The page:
Third party replication in UGANDA

A team from Columbia University’s Earth Institute adapted the Operation ASHA strategy for a rural African setting in Uganda. In that context, patients no longer go to the clinic while on TB treatment, but rather a community health worker goes to the patient’s home with an eCompliance system to observe the patient taking the drugs and record the drug intake.

Our team implemented three systems (notebook + fingerprint scanner) in the Millennium Villages Project in Ruhiira, in the rural southwest of Uganda and trained three community health workers (CHWs) on the process of eCompliance. Some changes in the system were necessary to adapt to local constraints. For example, unlike urban India where the systems were clinic-based, the CHWs have to ensure the system’s battery is always fully charged since electricity access is often not readily available and road quality or lack thereof means travel can be long and difficult. Yet, even with these added challenges, the system has proven to be successful. Now the CHWs are able to easily and accurately identify when a patient has missed a dose and have a conversation with them to ensure that they do complete treatment, instead of missed doses going unnoticed and resulting in loss to follow-up. That is not to say that a patient never misses a meeting for observation, it is impossible to avoid all obstacles in a six-month plus period; events such as funerals or patient travel occasionally lead to a missed record.

The results in Ruhiira are a staggering improvement. The cluster of villages has a population of about 50,000. In 2011, the most recent year with full data, there were 52 TB cases diagnosed and placed on treatment and eight patients died. The eCompliance compliance system was implemented in July 2012; since then, 31 patients have been enrolled in the system, none of those patients have been lost to follow-up, and none have died.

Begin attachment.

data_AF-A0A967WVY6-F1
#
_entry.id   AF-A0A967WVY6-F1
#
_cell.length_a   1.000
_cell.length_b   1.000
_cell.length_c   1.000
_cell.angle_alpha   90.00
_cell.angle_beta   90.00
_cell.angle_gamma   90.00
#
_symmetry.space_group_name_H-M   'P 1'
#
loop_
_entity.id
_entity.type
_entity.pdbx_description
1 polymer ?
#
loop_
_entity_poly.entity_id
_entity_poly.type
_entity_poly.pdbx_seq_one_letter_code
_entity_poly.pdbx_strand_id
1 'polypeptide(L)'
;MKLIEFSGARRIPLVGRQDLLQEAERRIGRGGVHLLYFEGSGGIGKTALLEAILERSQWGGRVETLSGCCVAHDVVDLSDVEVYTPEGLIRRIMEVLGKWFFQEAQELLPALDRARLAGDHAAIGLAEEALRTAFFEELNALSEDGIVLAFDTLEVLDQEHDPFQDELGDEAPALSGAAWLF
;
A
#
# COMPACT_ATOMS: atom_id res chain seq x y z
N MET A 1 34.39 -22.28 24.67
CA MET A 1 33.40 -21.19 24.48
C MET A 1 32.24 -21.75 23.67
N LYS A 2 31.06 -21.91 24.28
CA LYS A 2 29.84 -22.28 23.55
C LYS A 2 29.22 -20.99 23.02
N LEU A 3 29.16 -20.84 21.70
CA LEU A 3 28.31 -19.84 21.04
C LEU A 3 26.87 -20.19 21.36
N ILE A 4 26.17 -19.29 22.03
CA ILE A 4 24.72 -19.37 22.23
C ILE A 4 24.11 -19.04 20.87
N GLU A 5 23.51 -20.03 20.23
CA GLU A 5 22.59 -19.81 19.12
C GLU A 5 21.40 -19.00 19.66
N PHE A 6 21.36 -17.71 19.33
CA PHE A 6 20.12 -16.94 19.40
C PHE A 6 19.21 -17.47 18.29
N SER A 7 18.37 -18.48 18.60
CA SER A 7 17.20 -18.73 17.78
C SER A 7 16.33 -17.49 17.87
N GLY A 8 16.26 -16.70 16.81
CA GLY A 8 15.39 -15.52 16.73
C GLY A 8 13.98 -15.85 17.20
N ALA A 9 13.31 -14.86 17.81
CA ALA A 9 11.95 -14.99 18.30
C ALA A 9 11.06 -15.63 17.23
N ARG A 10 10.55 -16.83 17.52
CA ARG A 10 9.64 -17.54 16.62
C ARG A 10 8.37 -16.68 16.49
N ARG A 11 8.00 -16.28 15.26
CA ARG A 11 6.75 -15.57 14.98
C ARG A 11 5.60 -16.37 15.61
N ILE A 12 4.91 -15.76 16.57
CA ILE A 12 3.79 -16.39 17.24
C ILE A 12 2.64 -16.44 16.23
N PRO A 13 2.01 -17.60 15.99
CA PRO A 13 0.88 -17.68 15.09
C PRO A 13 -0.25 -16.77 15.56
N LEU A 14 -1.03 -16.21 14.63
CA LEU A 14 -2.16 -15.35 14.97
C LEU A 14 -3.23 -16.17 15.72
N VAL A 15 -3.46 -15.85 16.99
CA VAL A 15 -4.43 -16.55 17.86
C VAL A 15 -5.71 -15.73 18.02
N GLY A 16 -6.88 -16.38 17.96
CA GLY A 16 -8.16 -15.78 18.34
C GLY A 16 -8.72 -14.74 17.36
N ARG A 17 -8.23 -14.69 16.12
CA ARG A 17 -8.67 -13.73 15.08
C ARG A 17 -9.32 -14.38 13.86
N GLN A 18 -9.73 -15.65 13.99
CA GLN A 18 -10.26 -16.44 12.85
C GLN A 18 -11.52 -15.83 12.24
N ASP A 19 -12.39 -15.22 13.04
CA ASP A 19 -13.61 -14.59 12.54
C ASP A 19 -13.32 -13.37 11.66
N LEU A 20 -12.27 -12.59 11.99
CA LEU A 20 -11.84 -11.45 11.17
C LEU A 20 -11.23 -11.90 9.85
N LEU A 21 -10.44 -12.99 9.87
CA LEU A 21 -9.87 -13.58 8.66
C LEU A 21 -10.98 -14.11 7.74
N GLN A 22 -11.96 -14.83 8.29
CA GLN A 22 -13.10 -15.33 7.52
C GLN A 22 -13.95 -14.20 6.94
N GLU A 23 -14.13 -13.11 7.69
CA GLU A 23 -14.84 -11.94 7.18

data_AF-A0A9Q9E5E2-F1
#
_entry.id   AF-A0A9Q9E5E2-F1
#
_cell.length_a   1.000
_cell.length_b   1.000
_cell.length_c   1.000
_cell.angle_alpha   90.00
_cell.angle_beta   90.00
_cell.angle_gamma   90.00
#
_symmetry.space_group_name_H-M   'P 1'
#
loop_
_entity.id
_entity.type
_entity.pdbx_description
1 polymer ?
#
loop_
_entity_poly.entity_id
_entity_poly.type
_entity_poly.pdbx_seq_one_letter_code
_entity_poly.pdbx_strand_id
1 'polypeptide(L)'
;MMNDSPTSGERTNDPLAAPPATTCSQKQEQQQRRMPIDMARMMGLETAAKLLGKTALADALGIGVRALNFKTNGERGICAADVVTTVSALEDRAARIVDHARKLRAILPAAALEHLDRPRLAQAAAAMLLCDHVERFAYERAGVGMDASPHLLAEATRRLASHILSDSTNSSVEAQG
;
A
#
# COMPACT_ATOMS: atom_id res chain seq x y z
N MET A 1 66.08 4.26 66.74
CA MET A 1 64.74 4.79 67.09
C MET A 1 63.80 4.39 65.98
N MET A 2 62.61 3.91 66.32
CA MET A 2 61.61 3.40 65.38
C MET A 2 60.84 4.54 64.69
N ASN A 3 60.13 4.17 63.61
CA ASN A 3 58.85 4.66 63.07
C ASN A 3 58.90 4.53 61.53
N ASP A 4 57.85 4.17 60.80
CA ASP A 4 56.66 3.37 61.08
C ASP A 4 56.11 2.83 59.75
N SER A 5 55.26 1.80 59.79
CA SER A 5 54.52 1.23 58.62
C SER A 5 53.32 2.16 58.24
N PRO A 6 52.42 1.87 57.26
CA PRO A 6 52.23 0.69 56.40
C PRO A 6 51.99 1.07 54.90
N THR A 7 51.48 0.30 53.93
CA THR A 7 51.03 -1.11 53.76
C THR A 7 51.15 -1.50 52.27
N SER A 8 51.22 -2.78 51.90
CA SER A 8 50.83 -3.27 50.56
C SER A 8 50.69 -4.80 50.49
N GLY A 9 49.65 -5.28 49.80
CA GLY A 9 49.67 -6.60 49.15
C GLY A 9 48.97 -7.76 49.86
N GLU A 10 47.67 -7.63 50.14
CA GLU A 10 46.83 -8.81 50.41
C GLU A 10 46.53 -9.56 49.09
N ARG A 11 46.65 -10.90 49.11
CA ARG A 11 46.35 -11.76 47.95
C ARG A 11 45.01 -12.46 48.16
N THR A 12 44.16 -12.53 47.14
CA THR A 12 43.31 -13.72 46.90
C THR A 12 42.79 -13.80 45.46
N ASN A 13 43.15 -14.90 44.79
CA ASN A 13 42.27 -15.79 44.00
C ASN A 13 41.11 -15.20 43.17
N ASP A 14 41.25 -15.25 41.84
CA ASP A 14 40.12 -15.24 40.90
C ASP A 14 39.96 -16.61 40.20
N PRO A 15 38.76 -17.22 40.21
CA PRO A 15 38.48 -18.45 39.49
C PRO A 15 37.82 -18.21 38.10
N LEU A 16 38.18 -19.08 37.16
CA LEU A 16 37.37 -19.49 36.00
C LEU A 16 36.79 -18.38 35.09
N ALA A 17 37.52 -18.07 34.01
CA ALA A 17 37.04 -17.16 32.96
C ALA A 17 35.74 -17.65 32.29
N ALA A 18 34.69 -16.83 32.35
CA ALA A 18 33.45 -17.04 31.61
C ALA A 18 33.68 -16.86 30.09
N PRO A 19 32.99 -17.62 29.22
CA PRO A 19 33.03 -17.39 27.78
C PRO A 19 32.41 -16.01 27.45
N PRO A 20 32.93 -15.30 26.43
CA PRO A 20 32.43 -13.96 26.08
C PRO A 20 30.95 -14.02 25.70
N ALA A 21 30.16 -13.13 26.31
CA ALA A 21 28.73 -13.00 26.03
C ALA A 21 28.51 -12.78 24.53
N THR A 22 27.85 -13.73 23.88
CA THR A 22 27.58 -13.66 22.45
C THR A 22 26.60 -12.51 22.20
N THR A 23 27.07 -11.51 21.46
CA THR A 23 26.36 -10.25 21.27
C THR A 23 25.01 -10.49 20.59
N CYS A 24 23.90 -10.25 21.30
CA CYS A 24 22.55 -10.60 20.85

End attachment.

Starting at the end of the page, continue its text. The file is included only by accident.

Perhaps more importantly, the community and the patients are excited about the system. When the project was first implemented, the mother of one patient said she could not thank the eCompliance team enough for taking care of her son. She insisted that they take a few valuable pineapples as a gesture of her appreciation. Another health worker reported that community members told him how much they appreciated both him and the system. Now they can rely on him to always check on the health and treatment status of patients. In areas of the cluster where the system doesn’t yet reach, patients are asking when they will get the new technology.

These results are remarkable, and mean better TB patient care not only for the Ruhiira village cluster, but also for TB follow up rates worldwide. If systems like eCompliance work in areas as different as dense urban Indian slums and sprawled rural Ugandan villages, we may be able to halt the increased incidence of drug resistant cases.

Stopping the incidence of drug resistance in India or Uganda may seem like an issue that is not relevant to those of us in the United States. But today it is more true than ever that TB anywhere means TB everywhere. The American lawyer likely picked up MDR-TB while doing development work. But the transfer of TB can be even more indirect. As globalization grows, and the number of people travelling increases, it is more important than ever to stop TB drug resistance and stop the spread of this deadly epidemic.

eCompliance may be just the assistant that overworked doctors and health workers in disadvantaged areas need to easily, efficiently, and successfully care for all of their at-risk patients, including in the United States.